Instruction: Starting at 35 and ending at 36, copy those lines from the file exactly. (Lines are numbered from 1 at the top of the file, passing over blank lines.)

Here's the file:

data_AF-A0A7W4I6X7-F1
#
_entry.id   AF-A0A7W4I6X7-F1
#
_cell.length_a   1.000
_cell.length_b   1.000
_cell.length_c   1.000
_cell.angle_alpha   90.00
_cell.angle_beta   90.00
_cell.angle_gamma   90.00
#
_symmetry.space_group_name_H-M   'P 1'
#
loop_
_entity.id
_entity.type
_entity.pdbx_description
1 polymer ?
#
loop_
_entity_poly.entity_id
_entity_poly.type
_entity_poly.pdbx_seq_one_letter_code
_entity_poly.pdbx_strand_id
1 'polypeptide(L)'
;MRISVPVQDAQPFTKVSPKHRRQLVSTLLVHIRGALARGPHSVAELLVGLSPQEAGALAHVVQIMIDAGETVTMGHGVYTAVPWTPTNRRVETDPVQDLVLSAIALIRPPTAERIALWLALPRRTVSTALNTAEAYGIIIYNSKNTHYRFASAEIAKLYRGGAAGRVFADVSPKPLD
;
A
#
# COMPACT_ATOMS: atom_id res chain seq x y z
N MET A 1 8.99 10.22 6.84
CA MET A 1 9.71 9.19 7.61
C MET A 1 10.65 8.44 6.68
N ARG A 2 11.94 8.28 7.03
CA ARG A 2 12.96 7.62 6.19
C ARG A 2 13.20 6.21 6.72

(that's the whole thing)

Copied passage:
CA ARG A 2 12.96 7.62 6.19
C ARG A 2 13.20 6.21 6.72